While over-the-counter medications can work for most people, they are a big no-no for people with PBC. PBC significantly damages the liver, consequently impacting its ability to process certain medications. This is why it is imperative to steer clear of certain medications, such as NSAIDs (ibuprofen and aspirin).
Always ask your doctor before starting a new medication, either over-the-counter or prescription.
Manage fatigue with exercise and healthy sleeping habits
PBC is often associated with high levels of fatigue that may make everyday life extremely difficult. To combat this fatigue, try exercising whenever possible and at whatever intensity you are comfortable with. Make sure to pace yourself and limit your everyday activities to a level that can be easily managed.
If you find it difficult to sleep at night, adopt good sleep hygiene by:
- Avoiding nicotine, alcohol, and caffeine at night.
- Ensure that your bed and mattress are comfortable.
- Sleep in the dark with no noise.
- Avoid the use of any electronic gadgets, such as laptops and mobile devices, before going to sleep.
- Avoiding strenuous exercise close to bedtime.
Maintain Oral hygiene
PBC often leads to a dry mouth which, in turn, increases the risk of tooth decay. So ensure to maintain good oral hygiene by regularly brushing your teeth and flossing as required. Visit a dentist regularly to rule out any possibility of decay and manage it in time if found.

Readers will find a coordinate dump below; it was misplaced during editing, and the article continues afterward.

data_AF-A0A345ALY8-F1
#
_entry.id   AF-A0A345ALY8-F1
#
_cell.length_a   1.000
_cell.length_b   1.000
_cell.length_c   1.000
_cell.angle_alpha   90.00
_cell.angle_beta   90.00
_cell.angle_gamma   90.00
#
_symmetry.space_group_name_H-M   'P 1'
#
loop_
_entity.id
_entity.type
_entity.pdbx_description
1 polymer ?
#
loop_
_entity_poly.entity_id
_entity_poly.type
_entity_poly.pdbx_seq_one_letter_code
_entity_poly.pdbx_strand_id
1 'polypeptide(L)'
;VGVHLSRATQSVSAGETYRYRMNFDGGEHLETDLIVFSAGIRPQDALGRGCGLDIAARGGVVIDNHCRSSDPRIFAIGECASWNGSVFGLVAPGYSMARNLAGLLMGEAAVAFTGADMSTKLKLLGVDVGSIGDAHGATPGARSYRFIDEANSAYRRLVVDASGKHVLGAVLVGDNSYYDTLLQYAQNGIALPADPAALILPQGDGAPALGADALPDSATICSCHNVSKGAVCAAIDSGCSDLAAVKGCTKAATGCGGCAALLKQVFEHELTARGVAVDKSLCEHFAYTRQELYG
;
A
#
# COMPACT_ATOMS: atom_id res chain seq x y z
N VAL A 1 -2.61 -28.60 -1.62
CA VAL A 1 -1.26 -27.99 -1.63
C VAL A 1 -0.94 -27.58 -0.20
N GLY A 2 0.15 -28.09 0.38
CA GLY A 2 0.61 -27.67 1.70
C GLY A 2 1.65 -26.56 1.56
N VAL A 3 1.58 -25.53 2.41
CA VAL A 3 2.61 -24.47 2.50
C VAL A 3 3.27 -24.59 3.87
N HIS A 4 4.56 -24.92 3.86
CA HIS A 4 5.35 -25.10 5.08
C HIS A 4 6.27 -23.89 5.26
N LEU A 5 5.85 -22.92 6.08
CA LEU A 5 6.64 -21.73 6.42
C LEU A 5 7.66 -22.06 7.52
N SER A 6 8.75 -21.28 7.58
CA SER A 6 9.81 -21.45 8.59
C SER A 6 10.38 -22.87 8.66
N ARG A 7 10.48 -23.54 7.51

Avoid eating saturated fats
Refrain from saturated fats like butter, cream, and deli meats, as people with PBC often cannot digest these fats. These undigested fats, in turn, may lead to diarrhea, weight loss, and other complications. However, this does not mean one has to eliminate fats from the daily diet altogether. Focus on healthier unsaturated fats to make sure that you fulfill your daily requirements.
Eliminate sugary foods
Sugary foods and beverages must be avoided at all costs, especially sodas, fruit drinks, and anything with high fructose corn syrup. When you consume such foods, the liver is forced to absorb a lot of sugar which converts into fat inside the body, eventually increasing the risk of fatty liver disease. Alternatively, focus on getting sugar from natural sources.
Cut back on sodium
If you have ascites or edema, cutting back on sodium is extremely important. Start by kicking the salt shaker out from the dinner table and choose seasonings that do not contain any sodium.
Reducing skin itching
Chronic itching is one of the most uncomfortable symptoms of PBC. For some, It gets so intense that it leads to scarring. While medication might be prescribed to reduce itchiness, other tips to follow are mentioned below:
- Keep your fingernails short
- Avoid hot baths
- Reduce your sun expose
- Wear cotton clothes
- Avoid using perfumes, scented soaps, bath oils, and talcum powder
- Take a cool bath infused with a cup of baking soda before going to bed
Primary Biliary Cirrhosis is a lifelong illness with uncomfortable symptoms that can quickly deteriorate ones quality of life. While there is no definitive cure for it, the symptoms can be managed with a combination of medicines and lifestyle tips. Make sure to keep in touch with a doctor to monitor the disease and make necessary adjustments in the treatment, as and when required.